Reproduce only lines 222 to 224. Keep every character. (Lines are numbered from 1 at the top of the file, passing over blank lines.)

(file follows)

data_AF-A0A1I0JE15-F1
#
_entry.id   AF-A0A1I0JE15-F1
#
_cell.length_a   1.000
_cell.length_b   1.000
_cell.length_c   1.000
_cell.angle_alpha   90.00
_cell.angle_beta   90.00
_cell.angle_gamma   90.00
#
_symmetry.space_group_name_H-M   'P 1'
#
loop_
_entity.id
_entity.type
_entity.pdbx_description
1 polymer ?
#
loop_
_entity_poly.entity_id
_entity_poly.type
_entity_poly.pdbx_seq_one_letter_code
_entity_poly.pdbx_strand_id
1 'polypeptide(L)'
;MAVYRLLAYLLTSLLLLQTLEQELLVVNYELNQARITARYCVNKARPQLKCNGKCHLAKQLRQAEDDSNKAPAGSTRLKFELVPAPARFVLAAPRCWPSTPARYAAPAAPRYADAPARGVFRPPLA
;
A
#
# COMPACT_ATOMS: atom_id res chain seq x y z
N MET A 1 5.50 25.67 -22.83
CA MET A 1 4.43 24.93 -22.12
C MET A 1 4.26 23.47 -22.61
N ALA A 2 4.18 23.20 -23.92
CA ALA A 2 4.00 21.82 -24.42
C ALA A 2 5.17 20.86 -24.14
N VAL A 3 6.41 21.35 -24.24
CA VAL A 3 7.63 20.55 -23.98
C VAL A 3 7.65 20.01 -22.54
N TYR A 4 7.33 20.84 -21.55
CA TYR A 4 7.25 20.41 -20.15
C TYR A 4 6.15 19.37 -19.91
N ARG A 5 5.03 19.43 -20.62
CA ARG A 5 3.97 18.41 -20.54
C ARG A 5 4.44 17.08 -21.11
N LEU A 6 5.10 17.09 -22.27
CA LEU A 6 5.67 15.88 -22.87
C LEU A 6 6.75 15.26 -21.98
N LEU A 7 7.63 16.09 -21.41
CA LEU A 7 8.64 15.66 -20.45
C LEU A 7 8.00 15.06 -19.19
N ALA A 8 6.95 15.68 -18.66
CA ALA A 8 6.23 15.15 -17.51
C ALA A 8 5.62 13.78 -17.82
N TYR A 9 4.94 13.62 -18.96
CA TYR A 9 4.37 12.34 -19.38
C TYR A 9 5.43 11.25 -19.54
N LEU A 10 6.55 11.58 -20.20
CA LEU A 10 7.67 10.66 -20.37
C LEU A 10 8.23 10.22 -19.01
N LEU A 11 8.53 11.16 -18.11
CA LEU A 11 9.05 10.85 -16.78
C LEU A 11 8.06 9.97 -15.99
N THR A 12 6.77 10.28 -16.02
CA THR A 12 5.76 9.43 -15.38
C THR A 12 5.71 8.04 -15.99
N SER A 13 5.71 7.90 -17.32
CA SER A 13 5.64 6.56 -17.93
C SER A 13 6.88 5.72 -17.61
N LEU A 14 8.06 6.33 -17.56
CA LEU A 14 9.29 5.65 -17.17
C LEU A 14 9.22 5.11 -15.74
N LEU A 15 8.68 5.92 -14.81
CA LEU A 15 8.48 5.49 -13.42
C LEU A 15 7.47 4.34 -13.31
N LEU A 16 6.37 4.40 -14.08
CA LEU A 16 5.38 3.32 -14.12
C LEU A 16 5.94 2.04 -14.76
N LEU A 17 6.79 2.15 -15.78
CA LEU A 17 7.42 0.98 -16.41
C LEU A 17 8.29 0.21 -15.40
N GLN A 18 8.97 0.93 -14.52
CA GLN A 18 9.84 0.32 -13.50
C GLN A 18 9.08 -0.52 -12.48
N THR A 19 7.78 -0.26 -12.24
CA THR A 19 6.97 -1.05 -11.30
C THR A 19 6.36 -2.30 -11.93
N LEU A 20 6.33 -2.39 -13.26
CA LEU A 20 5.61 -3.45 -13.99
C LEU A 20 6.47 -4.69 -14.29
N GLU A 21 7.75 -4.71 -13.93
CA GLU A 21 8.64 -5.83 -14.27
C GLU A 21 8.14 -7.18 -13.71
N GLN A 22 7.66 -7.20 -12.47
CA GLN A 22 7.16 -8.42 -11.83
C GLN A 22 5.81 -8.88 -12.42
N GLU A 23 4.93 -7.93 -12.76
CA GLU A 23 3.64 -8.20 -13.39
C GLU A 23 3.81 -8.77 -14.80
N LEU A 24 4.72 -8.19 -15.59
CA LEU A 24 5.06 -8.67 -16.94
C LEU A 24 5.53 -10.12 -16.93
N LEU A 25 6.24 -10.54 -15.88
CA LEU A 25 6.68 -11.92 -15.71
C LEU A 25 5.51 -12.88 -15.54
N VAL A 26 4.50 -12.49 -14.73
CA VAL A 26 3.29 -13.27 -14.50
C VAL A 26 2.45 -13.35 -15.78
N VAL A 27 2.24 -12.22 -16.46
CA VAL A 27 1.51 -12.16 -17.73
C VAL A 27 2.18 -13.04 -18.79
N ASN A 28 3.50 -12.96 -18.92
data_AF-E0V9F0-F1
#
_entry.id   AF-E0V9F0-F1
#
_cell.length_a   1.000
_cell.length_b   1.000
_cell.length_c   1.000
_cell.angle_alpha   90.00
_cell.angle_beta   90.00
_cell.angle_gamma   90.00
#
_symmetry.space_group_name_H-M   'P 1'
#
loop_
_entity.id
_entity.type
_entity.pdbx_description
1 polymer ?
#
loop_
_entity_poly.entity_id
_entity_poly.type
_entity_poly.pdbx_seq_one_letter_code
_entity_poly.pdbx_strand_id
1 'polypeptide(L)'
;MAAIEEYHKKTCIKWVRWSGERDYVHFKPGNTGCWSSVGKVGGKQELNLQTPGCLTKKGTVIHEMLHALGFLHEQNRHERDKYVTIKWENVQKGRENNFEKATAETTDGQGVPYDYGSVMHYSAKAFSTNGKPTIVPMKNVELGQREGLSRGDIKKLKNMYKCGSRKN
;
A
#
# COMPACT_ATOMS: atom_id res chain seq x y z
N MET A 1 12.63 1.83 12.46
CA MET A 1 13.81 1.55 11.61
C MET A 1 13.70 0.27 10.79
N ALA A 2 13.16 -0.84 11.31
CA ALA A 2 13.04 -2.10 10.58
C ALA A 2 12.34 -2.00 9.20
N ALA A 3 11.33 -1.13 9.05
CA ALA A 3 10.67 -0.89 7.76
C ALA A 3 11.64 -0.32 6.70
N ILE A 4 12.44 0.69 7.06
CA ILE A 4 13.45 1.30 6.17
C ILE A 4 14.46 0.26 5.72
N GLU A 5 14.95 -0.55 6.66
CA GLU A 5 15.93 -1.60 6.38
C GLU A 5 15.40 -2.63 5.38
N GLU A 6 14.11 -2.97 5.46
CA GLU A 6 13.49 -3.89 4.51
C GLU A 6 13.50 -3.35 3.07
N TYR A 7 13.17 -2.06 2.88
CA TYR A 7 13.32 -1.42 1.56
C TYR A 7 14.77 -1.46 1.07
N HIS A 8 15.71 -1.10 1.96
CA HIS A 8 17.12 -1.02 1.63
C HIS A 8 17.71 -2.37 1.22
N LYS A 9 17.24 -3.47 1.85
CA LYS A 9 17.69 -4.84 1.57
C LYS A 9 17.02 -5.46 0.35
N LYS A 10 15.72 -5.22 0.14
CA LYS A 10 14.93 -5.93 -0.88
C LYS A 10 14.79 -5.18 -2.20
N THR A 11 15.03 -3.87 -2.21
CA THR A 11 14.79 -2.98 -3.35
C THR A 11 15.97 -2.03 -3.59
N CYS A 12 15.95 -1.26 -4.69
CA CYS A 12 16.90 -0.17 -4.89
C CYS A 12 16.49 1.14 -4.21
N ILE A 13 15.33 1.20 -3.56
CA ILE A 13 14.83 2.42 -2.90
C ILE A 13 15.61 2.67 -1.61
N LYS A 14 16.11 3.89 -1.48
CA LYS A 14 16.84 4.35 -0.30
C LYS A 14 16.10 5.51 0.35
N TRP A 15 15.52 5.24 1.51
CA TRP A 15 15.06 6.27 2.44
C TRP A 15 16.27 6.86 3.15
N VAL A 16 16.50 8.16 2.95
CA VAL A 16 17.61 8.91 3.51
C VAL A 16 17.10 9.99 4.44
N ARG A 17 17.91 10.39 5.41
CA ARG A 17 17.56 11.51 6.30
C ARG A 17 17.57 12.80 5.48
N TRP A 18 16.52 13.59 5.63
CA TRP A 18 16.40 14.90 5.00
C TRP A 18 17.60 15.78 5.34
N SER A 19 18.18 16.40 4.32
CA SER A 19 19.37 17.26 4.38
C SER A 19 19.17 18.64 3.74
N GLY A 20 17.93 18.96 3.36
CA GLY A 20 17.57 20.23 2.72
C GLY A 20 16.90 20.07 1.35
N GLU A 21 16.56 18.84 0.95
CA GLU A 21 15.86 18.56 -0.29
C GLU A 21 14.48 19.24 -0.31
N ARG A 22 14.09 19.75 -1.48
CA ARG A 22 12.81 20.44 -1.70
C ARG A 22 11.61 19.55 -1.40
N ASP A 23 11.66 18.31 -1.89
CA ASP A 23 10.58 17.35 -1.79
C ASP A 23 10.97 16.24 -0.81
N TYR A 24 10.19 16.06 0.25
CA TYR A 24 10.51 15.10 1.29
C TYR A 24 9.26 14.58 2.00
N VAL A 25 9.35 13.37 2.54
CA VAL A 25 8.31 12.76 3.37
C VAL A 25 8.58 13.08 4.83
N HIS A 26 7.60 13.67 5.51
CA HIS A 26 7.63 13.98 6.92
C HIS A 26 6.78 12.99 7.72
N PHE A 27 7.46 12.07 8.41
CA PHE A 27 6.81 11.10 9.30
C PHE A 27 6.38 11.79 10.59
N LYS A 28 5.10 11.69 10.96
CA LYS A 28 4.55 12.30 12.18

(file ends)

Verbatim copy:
CA PHE A 27 6.81 11.10 9.30
C PHE A 27 6.38 11.79 10.59
N LYS A 28 5.10 11.69 10.96